post #535 of 6601
I guess the main thing to worry about is if the leather is full aniline and is the epidermal layer au naturale. Getting it to a suitable thickness for it's intended purpose really doesn't matter to me and shouldn't to anyone else. I think the guilds are trying to deal with a perceived quality issue more than anything else. Perhaps they should just redefine their definitions clearly and concisely instead of being ambiguous. People also need to understand what leather type actually patinas. Hint, it's the stuff me and mikechh are talking about. If the corners of your wallet or case are worn and you are seeing bluish leather you can forget about developing a real patina.....
post #536 of 6601
Wow I guess I got lucky after reading some of the issues that everyone had with the factory second boots from sportsmans guide. Mine have continued to give great service and are holding up wonderfully. Although I got them to wear everyday and they have seen their share of abuse and scuffing that comes with normal wear they still look great , not new as I treat them regularly with a variety of waterproofing and leather treatment products which have darkened them somewhat (mostly the contrasting stiching) but they continue to soke up the abuse and shake it off and keep on going. The one complaint I do have with them is the laceing hooks at the top of the boot seem to be of a somewhat softer metal than I am used to and are prone to bending and have to be bent back into line. I worry somewhat that if this continues one will end up breaking. But if that happens I will probably replace them with eyelets anyway.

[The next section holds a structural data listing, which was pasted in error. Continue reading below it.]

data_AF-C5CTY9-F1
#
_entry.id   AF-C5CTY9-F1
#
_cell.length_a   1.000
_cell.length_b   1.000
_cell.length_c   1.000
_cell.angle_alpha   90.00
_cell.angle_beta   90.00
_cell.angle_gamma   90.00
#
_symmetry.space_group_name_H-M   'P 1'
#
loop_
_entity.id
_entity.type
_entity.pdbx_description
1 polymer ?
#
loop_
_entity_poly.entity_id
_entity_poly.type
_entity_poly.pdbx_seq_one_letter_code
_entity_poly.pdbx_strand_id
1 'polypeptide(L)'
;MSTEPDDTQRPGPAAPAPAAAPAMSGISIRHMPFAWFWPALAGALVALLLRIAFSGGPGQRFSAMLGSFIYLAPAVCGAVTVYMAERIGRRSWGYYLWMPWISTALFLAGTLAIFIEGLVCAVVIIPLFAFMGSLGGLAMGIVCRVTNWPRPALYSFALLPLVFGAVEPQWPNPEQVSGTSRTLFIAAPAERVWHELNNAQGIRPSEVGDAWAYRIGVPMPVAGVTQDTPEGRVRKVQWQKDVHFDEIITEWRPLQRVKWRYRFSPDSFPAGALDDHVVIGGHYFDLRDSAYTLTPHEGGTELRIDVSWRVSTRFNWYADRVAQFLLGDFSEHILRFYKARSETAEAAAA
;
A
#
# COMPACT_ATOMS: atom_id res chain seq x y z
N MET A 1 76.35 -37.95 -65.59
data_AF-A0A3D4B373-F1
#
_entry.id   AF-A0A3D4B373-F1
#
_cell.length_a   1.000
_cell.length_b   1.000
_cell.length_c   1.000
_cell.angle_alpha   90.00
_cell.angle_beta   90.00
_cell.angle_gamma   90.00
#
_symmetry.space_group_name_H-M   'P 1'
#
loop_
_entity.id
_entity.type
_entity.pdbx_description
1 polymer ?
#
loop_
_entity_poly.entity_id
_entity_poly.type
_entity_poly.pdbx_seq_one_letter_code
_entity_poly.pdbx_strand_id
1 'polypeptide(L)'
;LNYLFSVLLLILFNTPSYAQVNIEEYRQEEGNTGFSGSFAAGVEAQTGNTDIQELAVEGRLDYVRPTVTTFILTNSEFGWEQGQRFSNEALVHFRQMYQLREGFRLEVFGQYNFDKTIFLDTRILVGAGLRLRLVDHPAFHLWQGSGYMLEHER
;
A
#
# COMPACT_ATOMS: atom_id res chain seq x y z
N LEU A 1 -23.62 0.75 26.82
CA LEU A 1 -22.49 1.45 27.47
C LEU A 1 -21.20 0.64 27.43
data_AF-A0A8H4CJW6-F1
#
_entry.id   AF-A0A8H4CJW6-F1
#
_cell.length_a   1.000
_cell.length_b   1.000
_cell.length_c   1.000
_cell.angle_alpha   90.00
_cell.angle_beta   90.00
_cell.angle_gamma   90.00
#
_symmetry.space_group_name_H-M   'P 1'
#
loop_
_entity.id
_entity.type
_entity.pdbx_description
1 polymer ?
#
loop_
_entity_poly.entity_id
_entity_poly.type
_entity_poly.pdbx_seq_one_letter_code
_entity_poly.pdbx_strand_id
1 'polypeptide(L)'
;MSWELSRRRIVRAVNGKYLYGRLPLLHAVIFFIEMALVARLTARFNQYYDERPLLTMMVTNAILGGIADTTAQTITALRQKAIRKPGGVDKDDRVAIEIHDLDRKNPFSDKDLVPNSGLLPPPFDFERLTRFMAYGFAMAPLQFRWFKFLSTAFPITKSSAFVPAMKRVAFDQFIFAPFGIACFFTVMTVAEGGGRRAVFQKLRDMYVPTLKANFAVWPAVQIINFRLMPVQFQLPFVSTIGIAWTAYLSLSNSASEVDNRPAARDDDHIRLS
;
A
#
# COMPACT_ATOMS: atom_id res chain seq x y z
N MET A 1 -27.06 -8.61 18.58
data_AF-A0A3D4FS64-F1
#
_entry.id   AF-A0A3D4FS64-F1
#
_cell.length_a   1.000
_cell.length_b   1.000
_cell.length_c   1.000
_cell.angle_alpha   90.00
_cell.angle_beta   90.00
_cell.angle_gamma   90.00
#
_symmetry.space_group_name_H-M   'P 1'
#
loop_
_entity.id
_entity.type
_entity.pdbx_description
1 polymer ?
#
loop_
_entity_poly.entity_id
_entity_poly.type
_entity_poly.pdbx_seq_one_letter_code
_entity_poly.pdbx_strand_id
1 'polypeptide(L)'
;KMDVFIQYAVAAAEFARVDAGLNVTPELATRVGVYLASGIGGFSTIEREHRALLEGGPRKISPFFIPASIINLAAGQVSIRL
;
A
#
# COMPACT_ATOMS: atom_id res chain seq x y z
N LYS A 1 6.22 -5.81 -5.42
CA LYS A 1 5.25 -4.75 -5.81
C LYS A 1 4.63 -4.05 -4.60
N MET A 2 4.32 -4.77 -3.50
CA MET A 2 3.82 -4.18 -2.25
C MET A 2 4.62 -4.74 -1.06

post #537 of 6601
After one day of hiking a rocky muddy trail your boots will look something like the pics below. You won't care or worry about the minor flaws that are seen. Enjoy them, beat them, maintain them and they'll look great years down the road. Oh No My Addisons are Ruined! LOL! by DYSong Photography, on Flickr Awwww Muddy Boot by DYSong Photography, on Flickr
post #538 of 6601
" ... Enjoy them, beat them, maintain them and they'll look great years down the road. " I couldn't agree more. These are hardly dress boots anyway. they are made to be used.
post #539 of 6601
I've got a pair of loved 1000 mile boots in rust, 8d. Check sig if interested.

Modern design aesthetic. Handmade in Los Angeles. www.JohnElliott.co | Instagram

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Modern design aesthetic. Handmade in Los Angeles. www.JohnElliott.co | Instagram

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post #540 of 6601
Tried a 9 and 8 on. 9 was good but felt a little loose 8 was tight around the width. This was with dreas socks on. Should I opt for 8.5